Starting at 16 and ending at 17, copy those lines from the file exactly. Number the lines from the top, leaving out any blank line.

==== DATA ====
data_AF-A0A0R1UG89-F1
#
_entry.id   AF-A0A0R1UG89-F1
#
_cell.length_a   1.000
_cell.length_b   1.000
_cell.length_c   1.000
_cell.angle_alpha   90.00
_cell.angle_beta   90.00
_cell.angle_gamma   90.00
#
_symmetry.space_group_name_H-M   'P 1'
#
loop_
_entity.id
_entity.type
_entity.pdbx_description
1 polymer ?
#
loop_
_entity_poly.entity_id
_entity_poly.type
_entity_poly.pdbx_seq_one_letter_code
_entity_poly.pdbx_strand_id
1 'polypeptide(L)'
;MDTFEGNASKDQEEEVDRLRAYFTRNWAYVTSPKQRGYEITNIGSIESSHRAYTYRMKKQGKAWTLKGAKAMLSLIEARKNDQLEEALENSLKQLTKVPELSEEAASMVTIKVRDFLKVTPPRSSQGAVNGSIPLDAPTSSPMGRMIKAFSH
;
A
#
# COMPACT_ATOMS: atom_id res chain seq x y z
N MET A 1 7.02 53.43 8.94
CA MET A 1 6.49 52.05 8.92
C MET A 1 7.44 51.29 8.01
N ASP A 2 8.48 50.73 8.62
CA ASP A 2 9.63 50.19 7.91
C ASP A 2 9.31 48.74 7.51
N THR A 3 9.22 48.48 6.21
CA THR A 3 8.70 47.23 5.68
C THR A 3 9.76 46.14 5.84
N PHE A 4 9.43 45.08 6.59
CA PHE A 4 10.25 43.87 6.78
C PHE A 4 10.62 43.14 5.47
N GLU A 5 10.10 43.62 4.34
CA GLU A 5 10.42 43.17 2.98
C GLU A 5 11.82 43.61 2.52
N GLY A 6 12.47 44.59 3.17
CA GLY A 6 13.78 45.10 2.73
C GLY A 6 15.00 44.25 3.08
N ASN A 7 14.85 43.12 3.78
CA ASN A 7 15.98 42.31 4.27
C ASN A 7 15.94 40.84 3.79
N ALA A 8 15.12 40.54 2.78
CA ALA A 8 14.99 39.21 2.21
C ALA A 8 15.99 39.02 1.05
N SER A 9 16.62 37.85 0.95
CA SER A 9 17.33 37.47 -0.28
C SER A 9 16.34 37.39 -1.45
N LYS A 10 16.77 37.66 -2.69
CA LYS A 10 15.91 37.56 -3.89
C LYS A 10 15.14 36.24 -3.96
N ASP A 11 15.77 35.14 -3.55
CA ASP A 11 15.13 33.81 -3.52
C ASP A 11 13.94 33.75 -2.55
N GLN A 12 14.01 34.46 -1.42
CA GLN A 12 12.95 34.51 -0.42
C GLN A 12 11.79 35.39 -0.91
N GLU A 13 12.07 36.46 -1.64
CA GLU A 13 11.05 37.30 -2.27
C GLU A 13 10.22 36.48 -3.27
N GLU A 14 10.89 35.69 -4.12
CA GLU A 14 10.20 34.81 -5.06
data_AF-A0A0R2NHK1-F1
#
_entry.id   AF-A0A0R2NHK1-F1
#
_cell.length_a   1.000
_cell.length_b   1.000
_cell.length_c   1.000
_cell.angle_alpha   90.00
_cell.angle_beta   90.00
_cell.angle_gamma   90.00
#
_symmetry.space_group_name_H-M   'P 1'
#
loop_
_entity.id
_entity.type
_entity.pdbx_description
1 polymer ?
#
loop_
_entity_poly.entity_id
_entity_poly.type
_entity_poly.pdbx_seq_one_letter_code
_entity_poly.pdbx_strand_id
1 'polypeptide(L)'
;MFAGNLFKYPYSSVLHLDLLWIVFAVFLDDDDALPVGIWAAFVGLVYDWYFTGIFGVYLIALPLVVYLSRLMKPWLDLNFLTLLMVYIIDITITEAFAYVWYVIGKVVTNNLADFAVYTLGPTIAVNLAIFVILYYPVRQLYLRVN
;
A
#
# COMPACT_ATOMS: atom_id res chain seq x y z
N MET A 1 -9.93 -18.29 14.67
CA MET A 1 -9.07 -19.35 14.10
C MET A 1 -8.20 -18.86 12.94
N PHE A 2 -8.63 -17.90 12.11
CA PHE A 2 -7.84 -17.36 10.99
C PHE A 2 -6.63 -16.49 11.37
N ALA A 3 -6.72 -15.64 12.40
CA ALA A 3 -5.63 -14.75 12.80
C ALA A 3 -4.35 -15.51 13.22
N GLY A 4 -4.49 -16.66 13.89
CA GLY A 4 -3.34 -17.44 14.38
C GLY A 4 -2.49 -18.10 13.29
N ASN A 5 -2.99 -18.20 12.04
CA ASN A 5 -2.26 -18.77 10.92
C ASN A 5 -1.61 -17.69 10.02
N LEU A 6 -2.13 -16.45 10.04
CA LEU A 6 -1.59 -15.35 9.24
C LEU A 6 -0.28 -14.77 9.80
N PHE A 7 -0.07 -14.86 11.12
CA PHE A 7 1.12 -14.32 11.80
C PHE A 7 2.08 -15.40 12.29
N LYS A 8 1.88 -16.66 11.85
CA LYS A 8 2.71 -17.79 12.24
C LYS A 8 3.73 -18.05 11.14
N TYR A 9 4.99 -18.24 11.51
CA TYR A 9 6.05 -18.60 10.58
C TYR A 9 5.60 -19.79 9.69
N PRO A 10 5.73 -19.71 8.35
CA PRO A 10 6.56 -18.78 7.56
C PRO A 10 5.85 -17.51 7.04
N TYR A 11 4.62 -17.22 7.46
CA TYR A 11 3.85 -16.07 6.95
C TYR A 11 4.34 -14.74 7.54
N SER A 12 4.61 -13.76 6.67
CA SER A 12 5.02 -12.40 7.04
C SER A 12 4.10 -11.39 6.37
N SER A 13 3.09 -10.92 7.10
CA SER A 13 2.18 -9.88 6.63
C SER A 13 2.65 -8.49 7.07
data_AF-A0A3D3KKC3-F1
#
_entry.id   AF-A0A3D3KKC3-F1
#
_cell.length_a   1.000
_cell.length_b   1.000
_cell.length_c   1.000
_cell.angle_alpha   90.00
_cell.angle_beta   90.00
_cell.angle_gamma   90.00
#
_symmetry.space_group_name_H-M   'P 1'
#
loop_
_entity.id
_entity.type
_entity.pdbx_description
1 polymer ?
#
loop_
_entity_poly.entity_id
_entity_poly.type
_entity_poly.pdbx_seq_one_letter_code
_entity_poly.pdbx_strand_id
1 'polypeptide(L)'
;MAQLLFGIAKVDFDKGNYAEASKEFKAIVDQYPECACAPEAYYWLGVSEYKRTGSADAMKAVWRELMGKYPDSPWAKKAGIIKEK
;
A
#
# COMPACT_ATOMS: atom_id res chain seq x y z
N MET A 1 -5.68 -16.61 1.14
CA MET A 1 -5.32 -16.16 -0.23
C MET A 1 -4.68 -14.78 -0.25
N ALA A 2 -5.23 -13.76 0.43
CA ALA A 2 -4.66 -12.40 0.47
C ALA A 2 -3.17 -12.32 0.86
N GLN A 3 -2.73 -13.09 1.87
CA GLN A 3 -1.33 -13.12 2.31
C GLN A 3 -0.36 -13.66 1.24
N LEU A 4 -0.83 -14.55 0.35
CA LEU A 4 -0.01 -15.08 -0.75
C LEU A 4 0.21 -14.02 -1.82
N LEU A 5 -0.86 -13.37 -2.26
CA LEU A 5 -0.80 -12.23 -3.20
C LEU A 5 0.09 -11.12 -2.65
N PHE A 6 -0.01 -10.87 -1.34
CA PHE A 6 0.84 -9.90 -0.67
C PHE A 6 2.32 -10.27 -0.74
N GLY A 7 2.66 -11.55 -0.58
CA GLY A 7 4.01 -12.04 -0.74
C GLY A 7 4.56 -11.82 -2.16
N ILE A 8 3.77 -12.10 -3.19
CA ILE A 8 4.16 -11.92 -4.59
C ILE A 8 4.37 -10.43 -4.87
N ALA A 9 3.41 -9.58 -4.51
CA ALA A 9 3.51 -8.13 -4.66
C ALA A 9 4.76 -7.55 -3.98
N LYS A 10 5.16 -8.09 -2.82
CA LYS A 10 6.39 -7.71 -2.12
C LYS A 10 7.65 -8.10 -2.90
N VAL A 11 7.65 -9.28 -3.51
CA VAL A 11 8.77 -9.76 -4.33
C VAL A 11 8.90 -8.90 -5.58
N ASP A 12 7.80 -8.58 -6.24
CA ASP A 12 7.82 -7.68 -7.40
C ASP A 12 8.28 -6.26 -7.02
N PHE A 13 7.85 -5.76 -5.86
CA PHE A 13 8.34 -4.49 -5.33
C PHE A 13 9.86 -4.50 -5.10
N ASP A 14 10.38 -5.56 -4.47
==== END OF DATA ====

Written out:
_entity.type
_entity.pdbx_description